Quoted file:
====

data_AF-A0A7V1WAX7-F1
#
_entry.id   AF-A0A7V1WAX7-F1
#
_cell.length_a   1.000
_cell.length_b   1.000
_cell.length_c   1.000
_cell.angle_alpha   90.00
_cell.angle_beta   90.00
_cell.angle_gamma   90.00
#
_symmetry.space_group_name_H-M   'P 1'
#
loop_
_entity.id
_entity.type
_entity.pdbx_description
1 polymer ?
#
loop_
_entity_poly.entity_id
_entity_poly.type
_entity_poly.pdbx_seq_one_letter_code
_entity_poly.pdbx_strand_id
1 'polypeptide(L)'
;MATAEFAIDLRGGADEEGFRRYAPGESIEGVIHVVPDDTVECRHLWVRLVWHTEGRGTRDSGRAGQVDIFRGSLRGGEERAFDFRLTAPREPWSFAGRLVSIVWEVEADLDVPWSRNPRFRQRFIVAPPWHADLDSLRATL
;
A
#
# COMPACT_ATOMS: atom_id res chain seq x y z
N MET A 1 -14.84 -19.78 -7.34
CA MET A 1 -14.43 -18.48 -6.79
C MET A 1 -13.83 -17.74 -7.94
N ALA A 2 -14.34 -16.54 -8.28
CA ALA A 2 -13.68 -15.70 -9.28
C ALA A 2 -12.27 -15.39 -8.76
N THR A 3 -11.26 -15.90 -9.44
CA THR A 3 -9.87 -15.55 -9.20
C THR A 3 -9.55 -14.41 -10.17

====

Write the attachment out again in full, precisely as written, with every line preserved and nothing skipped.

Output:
data_AF-A0A7V1WAX7-F1
#
_entry.id   AF-A0A7V1WAX7-F1
#
_cell.length_a   1.000
_cell.length_b   1.000
_cell.length_c   1.000
_cell.angle_alpha   90.00
_cell.angle_beta   90.00
_cell.angle_gamma   90.00
#
_symmetry.space_group_name_H-M   'P 1'
#
loop_
_entity.id
_entity.type
_entity.pdbx_description
1 polymer ?
#
loop_
_entity_poly.entity_id
_entity_poly.type
_entity_poly.pdbx_seq_one_letter_code
_entity_poly.pdbx_strand_id
1 'polypeptide(L)'
;MATAEFAIDLRGGADEEGFRRYAPGESIEGVIHVVPDDTVECRHLWVRLVWHTEGRGTRDSGRAGQVDIFRGSLRGGEERAFDFRLTAPREPWSFAGRLVSIVWEVEADLDVPWSRNPRFRQRFIVAPPWHADLDSLRATL
;
A
#
# COMPACT_ATOMS: atom_id res chain seq x y z
N MET A 1 -14.84 -19.78 -7.34
CA MET A 1 -14.43 -18.48 -6.79
C MET A 1 -13.83 -17.74 -7.94
N ALA A 2 -14.34 -16.54 -8.28
CA ALA A 2 -13.68 -15.70 -9.28
C ALA A 2 -12.27 -15.39 -8.76
N THR A 3 -11.26 -15.90 -9.44
CA THR A 3 -9.87 -15.55 -9.20
C THR A 3 -9.55 -14.41 -10.17